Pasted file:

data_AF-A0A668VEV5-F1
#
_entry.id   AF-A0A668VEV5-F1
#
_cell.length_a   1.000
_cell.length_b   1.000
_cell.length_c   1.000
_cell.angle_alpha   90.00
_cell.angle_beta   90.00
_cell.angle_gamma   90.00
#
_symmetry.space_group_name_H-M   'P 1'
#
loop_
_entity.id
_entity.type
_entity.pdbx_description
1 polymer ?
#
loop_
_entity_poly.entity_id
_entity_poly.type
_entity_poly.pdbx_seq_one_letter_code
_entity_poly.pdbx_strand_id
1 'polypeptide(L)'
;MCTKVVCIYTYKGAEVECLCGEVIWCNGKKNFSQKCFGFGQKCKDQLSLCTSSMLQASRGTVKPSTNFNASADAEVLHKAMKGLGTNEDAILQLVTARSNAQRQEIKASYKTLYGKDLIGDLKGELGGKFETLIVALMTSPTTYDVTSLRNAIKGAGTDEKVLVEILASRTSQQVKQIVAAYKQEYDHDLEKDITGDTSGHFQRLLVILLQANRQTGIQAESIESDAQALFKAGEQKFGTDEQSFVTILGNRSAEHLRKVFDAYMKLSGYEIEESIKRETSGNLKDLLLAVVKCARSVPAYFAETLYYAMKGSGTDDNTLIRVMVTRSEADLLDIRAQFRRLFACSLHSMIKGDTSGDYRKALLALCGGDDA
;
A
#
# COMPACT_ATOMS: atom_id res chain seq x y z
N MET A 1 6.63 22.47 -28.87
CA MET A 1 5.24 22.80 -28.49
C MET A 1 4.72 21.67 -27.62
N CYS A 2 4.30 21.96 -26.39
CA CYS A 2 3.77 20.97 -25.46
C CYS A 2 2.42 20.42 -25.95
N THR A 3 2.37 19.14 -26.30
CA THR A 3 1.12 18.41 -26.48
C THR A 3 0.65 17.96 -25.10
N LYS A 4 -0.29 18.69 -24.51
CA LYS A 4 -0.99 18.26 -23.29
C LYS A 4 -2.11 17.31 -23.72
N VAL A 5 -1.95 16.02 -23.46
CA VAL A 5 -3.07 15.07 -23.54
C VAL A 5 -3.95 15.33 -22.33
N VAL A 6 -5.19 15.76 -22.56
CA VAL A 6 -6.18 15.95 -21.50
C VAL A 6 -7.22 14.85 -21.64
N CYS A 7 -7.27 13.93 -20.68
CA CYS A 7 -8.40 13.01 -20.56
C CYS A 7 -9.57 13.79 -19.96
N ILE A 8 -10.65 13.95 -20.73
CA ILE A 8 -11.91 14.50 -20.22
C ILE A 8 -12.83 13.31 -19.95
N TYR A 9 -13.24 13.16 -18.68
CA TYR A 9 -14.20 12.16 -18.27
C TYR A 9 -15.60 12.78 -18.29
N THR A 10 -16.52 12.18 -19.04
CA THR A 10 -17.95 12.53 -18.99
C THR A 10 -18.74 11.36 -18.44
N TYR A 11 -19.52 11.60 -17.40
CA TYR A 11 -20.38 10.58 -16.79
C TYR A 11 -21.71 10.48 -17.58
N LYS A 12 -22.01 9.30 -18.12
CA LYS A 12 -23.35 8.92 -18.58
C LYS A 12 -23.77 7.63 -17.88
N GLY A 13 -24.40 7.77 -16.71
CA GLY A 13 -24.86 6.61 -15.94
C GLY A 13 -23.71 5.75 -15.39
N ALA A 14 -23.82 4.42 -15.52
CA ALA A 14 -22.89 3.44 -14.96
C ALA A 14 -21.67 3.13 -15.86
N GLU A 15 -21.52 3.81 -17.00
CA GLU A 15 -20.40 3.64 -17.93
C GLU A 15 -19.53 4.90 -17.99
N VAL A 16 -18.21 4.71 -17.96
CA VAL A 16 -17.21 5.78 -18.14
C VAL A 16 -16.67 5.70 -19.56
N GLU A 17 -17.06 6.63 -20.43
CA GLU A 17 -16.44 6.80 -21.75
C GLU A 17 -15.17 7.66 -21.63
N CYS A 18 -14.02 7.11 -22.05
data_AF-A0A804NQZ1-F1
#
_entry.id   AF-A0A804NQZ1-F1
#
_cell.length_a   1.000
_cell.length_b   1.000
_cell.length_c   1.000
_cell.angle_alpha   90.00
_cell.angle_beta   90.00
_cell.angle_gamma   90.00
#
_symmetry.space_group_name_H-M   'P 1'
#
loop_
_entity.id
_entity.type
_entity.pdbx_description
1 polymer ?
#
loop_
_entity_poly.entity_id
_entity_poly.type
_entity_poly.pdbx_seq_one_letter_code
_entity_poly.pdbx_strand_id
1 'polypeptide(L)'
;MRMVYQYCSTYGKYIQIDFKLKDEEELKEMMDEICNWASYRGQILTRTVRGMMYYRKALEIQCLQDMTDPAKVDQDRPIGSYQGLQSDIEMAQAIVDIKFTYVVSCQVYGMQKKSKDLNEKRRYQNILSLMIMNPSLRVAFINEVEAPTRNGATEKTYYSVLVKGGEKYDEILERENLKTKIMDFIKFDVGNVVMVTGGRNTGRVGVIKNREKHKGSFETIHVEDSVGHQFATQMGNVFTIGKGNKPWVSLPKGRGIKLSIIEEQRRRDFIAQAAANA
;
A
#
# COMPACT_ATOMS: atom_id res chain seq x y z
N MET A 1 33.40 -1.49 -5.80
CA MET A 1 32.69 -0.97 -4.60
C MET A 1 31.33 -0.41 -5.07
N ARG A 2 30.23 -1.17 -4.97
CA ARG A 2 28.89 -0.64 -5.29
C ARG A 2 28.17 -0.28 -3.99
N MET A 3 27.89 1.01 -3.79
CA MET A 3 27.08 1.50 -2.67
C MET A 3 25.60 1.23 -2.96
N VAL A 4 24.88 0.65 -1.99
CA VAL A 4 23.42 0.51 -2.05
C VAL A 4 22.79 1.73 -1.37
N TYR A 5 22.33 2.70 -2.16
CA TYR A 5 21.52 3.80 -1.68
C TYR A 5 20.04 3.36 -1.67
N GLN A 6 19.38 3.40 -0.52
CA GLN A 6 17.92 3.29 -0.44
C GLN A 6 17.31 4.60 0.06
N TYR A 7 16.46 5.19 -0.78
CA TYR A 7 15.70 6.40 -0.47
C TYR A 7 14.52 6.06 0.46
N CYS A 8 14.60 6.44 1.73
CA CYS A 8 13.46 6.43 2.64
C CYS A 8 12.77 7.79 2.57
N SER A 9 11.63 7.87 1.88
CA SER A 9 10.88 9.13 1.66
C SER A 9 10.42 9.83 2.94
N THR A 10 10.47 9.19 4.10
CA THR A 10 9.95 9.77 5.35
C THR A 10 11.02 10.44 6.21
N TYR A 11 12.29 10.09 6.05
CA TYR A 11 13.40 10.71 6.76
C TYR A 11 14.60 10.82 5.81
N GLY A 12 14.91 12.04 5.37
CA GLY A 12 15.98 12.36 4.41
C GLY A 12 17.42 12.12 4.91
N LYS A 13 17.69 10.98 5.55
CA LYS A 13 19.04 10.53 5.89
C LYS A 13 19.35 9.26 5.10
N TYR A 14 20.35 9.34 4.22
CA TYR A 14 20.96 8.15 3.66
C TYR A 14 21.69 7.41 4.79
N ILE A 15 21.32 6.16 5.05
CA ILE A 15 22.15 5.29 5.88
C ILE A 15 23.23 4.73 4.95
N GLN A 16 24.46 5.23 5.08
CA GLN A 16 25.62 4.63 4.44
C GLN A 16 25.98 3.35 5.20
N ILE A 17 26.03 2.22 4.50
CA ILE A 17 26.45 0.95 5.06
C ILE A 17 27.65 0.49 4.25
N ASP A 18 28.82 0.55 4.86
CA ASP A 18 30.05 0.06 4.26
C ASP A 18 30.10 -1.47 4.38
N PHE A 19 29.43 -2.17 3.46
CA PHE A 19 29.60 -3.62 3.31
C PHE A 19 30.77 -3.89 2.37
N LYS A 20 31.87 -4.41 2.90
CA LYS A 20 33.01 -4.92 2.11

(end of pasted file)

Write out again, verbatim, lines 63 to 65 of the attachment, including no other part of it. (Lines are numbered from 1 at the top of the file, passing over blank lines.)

C TYR A 11 -21.71 10.48 -17.58
N LYS A 12 -22.01 9.30 -18.12
CA LYS A 12 -23.35 8.92 -18.58